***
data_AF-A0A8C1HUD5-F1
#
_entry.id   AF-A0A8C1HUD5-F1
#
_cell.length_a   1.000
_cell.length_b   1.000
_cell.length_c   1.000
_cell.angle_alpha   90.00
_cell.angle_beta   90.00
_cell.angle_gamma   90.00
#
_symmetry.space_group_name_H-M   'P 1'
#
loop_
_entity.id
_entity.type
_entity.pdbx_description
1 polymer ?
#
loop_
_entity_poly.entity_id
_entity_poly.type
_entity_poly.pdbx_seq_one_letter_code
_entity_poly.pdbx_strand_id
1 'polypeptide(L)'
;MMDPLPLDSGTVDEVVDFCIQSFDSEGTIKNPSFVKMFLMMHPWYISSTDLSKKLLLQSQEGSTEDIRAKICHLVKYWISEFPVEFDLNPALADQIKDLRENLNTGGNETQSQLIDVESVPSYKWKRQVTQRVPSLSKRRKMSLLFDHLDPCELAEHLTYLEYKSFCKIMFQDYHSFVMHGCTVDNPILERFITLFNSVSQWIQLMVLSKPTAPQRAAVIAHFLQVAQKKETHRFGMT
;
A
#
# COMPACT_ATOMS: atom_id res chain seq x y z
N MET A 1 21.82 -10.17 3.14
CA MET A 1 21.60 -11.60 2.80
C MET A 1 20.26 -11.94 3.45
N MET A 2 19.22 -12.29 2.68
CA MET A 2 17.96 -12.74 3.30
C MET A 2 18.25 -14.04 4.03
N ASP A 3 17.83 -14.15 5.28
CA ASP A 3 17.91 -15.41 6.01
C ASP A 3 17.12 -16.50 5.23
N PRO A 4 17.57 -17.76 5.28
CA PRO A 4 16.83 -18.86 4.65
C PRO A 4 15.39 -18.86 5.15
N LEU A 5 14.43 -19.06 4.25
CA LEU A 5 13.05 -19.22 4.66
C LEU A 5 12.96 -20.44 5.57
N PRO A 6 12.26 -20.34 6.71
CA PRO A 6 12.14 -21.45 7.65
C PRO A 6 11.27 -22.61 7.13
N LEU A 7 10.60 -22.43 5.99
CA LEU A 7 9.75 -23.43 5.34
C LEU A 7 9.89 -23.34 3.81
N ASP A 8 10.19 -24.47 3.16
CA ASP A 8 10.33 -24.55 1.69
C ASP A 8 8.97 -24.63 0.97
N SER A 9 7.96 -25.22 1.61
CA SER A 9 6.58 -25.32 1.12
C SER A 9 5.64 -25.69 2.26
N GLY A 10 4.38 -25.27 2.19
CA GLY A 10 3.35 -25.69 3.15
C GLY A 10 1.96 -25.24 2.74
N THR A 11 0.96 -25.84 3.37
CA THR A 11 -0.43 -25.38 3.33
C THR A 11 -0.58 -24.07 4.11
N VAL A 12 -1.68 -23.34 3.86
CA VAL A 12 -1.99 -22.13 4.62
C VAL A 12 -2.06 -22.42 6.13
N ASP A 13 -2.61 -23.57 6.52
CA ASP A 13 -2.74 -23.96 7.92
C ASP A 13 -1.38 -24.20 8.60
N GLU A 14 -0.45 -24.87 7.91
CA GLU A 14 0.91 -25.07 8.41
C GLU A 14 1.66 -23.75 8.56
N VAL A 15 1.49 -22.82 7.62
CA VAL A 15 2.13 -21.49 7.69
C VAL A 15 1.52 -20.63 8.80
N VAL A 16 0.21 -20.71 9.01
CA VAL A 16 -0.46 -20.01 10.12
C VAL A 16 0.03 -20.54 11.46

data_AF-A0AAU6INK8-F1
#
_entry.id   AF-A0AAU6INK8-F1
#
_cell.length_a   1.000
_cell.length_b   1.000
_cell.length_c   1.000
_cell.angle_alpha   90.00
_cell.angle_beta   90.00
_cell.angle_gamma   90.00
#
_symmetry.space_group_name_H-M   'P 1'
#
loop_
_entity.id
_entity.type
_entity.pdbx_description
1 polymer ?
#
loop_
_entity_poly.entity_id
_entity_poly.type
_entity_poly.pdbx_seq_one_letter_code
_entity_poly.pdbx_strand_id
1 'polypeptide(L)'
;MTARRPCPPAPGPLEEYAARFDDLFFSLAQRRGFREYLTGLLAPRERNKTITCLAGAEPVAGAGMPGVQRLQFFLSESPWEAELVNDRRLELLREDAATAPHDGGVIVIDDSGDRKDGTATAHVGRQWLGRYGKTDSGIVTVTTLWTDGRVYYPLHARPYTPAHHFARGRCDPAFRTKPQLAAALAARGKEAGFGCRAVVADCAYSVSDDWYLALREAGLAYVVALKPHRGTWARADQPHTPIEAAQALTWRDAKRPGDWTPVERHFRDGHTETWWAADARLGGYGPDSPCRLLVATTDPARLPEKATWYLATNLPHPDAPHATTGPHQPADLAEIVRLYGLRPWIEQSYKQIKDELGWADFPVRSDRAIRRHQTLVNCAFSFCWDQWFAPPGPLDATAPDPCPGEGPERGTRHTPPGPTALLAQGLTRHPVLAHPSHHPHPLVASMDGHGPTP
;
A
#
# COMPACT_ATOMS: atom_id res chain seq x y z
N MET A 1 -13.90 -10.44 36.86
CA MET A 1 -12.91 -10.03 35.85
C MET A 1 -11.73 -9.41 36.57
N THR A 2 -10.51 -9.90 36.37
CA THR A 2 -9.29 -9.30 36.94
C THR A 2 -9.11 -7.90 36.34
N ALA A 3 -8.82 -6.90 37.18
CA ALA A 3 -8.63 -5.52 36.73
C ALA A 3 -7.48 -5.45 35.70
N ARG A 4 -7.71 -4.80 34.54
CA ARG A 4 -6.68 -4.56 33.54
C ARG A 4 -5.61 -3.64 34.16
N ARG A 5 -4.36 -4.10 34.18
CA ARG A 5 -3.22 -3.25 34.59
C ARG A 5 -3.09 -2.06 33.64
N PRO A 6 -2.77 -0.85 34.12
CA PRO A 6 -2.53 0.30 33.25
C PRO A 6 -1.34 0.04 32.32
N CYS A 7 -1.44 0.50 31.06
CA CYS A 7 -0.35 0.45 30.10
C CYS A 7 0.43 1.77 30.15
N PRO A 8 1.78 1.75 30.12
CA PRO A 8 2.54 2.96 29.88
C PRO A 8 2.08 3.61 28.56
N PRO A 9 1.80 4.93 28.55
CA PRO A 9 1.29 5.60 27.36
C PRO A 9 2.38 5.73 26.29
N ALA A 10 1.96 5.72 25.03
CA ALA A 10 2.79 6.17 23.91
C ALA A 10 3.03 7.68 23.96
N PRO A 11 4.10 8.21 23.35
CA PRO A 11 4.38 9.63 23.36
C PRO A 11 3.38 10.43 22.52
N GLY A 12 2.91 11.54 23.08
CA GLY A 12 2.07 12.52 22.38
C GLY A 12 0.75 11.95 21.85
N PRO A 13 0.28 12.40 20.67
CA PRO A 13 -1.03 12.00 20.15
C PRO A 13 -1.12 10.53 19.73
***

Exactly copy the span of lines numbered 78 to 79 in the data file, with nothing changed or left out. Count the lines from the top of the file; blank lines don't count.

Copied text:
C VAL A 16 0.03 -20.54 11.46

data_AF-A0AAU6INK8-F1